ACKERMAN: Sure. Yeah. Well, this is really without precedent in both Mexico City and Monterrey, which are the two most important economic centers and political centers in Mexico. The teachers have taken to the streets. This has been rare, 'cause most of the teachers' mobilization has been in the South. And there was this big march we talked about in Mexico City as a site of protests. But actually the teachers of Mexico City and of Monterrey coming out in the streets is a very new development.

The government has, fortunately, not resorted to extreme force yet. There was already, of course, this great massacre of June 19, which has created this uprising. And last Friday, on June 30, the secretary of government, which is sort of the vice president of Mexico, openly threatened the teachers that if they didn't go back to work and if they didn't leave their blockades and the highways and the streets throughout the country, he would have to resort once again to force. He even used language which hearkened back to the student repressions of the '60s and the '70s.

But fortunately, the last week, the government has had to take a step back from that, while the teachers have not taken a step back. They're moving forward. I think one of the most important factors in this is the international supervision which is happening in Mexico today. People are becoming increasingly aware that the Mexican government is out of hand, out of line. And attention from The Real News and other places, I think, is helping to empower civil society in Mexico.

NOOR: OK. And let's also turn back to Oaxaca. The demonstrations were spearheaded by the teachers union, CTNE, and they were sort of spearheaded in the state of Oaxaca. Yet another teacher just died again because of police violence in the state of Oaxaca. I know that the CTNE was planning to meet with the state government on July 11, but the Oaxacan government said they would only meet if the union ends street blockades. What will become of this? Will the meeting take place? Will the union back down? Will the government back down?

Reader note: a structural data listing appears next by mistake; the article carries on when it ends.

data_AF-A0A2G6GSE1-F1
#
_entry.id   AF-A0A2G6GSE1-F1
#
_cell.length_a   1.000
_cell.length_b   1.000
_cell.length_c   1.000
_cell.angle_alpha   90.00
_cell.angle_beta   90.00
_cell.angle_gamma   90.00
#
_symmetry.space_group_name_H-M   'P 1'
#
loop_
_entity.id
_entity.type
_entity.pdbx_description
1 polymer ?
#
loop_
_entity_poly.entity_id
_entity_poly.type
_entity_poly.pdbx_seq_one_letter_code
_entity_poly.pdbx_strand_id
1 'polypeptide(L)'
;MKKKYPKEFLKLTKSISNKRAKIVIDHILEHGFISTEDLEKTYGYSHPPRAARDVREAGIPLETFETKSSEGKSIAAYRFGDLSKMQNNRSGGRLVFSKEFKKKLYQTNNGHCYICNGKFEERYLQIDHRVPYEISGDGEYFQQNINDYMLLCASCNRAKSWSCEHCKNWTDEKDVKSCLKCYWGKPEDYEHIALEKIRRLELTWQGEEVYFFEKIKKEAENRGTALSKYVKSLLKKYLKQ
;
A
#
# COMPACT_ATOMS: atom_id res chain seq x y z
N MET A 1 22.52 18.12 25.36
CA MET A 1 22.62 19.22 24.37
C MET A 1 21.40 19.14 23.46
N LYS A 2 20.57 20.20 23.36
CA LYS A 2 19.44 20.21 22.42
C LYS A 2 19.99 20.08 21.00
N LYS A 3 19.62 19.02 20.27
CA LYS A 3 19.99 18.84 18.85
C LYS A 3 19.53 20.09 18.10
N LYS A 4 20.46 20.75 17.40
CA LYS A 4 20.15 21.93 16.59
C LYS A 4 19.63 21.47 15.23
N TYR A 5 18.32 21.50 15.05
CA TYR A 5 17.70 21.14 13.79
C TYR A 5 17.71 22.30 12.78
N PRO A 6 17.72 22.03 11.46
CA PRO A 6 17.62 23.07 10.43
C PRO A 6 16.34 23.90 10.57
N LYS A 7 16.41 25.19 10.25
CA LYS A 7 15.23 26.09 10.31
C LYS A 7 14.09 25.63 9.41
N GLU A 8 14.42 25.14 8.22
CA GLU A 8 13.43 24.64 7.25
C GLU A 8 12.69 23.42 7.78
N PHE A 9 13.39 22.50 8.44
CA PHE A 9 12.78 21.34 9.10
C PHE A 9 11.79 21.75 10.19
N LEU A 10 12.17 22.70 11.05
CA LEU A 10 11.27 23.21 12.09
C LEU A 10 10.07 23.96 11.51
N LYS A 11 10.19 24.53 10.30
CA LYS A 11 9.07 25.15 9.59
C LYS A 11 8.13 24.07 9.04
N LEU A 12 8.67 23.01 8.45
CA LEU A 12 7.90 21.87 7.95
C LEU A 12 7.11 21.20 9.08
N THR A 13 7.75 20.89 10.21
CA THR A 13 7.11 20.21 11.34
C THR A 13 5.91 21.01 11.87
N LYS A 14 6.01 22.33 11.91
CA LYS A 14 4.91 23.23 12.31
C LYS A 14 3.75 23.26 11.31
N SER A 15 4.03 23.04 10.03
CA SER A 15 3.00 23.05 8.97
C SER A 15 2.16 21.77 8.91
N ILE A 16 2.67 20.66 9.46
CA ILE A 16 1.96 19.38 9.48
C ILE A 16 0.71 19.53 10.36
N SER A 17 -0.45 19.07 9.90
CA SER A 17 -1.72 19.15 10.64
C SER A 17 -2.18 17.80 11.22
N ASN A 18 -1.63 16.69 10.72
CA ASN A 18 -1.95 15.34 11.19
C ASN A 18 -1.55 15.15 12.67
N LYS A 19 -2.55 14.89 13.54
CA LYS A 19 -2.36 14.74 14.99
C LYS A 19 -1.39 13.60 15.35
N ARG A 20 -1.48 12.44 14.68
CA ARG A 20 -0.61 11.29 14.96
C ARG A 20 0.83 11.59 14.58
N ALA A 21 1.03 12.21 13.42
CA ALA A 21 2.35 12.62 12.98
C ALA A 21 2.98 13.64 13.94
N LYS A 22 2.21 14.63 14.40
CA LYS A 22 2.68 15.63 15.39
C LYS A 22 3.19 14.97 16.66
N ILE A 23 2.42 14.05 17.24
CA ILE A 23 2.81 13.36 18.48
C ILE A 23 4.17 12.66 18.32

ACKERMAN: Now, right, this teacher had been injured previous to the other massacre, the Nochixtlán massacre [incompr.] was on June 11, when they were protesting at the state education offices in Oaxaca.

Now, there is a negotiating table (mesa negociación) taking place in Mexico City between the secretary of government (Osorio Chong) and the union, all the different protesting teachers unions from five different states. This has not actually made any progress yet. But the teachers have been doing a good job of keeping the agenda as a general issue of the defense of public education and keeping their different contingents together from the different states, because what the government has been trying to do is to buy out, co-opt, and repress each of the different teachers groups, and they've been coming together and also joining with society in Oaxaca and with larger causes.